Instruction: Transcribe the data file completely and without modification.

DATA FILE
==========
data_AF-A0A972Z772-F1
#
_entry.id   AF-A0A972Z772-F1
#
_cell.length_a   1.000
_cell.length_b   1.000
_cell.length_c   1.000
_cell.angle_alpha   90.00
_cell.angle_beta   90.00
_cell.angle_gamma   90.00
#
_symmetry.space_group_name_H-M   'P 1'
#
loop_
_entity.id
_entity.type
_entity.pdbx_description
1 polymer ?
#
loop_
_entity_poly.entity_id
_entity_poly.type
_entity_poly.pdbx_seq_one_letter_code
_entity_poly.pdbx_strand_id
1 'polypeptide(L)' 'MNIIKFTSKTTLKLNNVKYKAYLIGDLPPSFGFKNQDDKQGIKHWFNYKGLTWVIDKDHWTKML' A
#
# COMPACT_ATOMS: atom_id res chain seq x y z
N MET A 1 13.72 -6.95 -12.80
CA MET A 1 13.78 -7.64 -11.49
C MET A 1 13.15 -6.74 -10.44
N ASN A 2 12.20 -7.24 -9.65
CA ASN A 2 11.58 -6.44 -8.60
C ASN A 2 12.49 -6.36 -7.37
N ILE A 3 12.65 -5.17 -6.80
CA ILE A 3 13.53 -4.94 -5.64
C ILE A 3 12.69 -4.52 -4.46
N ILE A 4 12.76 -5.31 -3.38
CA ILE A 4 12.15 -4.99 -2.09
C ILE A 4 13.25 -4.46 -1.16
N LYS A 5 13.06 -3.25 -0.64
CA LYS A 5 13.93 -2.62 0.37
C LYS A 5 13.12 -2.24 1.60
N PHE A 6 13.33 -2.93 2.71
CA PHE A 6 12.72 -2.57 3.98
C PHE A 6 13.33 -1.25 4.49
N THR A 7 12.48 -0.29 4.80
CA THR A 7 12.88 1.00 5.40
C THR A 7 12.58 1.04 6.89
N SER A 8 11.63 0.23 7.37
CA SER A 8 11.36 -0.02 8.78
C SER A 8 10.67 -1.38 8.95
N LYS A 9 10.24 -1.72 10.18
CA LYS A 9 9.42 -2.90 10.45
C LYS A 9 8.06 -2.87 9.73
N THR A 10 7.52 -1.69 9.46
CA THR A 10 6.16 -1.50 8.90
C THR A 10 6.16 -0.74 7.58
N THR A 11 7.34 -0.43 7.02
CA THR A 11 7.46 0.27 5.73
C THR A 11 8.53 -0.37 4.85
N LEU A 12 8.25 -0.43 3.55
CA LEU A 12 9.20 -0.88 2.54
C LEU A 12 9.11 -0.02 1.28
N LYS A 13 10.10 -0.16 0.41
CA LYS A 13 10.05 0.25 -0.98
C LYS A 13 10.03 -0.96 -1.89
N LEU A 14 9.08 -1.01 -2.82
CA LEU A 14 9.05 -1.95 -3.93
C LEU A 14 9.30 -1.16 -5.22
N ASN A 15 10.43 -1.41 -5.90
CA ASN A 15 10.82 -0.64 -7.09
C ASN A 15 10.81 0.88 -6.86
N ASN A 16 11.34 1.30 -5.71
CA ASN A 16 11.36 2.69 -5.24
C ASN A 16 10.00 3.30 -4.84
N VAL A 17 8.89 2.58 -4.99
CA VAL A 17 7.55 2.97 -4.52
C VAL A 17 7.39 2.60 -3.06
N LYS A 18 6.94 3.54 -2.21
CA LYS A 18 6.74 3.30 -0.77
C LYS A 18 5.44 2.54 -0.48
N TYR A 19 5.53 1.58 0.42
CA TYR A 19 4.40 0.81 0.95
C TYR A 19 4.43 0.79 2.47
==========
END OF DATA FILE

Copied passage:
data_AF-A0A972Z772-F1
#
_entry.id   AF-A0A972Z772-F1
#
_cell.length_a   1.000
_cell.length_b   1.000
_cell.length_c   1.000
_cell.angle_alpha   90.00
_cell.angle_beta   90.00
_cell.angle_gamma   90.00
#
_symmetry.space_group_name_H-M   'P 1'
#
loop_
_entity.id
_entity.type
_entity.pdbx_description
1 polymer ?
#
loop_
_entity_poly.entity_id
_entity_poly.type
_entity_poly.pdbx_seq_one_letter_code
_entity_poly.pdbx_strand_id
1 'polypeptide(L)' 'MNIIKFTSKTTLKLNNVKYKAYLIGDLPPSFGFKNQDDKQGIKHWFNYKGLTWVIDKDHWTKML' A
#
# COMPACT_ATOMS: atom_id res chain seq x y z
N MET A 1 13.72 -6.95 -12.80
CA MET A 1 13.78 -7.64 -11.49
C MET A 1 13.15 -6.74 -10.44
N ASN A 2 12.20 -7.24 -9.65
CA ASN A 2 11.58 -6.44 -8.60
C ASN A 2 12.49 -6.36 -7.37
N ILE A 3 12.65 -5.17 -6.80
CA ILE A 3 13.53 -4.94 -5.64
C ILE A 3 12.69 -4.52 -4.46
N ILE A 4 12.76 -5.31 -3.38
CA ILE A 4 12.15 -4.99 -2.09
C ILE A 4 13.25 -4.46 -1.16
N LYS A 5 13.06 -3.25 -0.64
CA LYS A 5 13.93 -2.62 0.37
C LYS A 5 13.12 -2.24 1.60
N PHE A 6 13.33 -2.93 2.71
CA PHE A 6 12.72 -2.57 3.98
C PHE A 6 13.33 -1.25 4.49
N THR A 7 12.48 -0.29 4.80
CA THR A 7 12.88 1.00 5.40
C THR A 7 12.58 1.04 6.89
N SER A 8 11.63 0.23 7.37
CA SER A 8 11.36 -0.02 8.78
C SER A 8 10.67 -1.38 8.95
N LYS A 9 10.24 -1.72 10.18
CA LYS A 9 9.42 -2.90 10.45
C LYS A 9 8.06 -2.87 9.73
N THR A 10 7.52 -1.69 9.46
CA THR A 10 6.16 -1.50 8.90
C THR A 10 6.16 -0.74 7.58
N THR A 11 7.34 -0.43 7.02
CA THR A 11 7.46 0.27 5.73
C THR A 11 8.53 -0.37 4.85
N LEU A 12 8.25 -0.43 3.55
CA LEU A 12 9.20 -0.88 2.54
C LEU A 12 9.11 -0.02 1.28
N LYS A 13 10.10 -0.16 0.41
CA LYS A 13 10.05 0.25 -0.98
C LYS A 13 10.03 -0.96 -1.89
N LEU A 14 9.08 -1.01 -2.82
CA LEU A 14 9.05 -1.95 -3.93
C LEU A 14 9.30 -1.16 -5.22
N ASN A 15 10.43 -1.41 -5.90
CA ASN A 15 10.82 -0.64 -7.09
C ASN A 15 10.81 0.88 -6.86
N ASN A 16 11.34 1.30 -5.71
CA ASN A 16 11.36 2.69 -5.24
C ASN A 16 10.00 3.30 -4.84
N VAL A 17 8.89 2.58 -4.99
CA VAL A 17 7.55 2.97 -4.52
C VAL A 17 7.39 2.60 -3.06
N LYS A 18 6.94 3.54 -2.21
CA LYS A 18 6.74 3.30 -0.77
C LYS A 18 5.44 2.54 -0.48
N TYR A 19 5.53 1.58 0.42
CA TYR A 19 4.40 0.81 0.95
C TYR A 19 4.43 0.79 2.47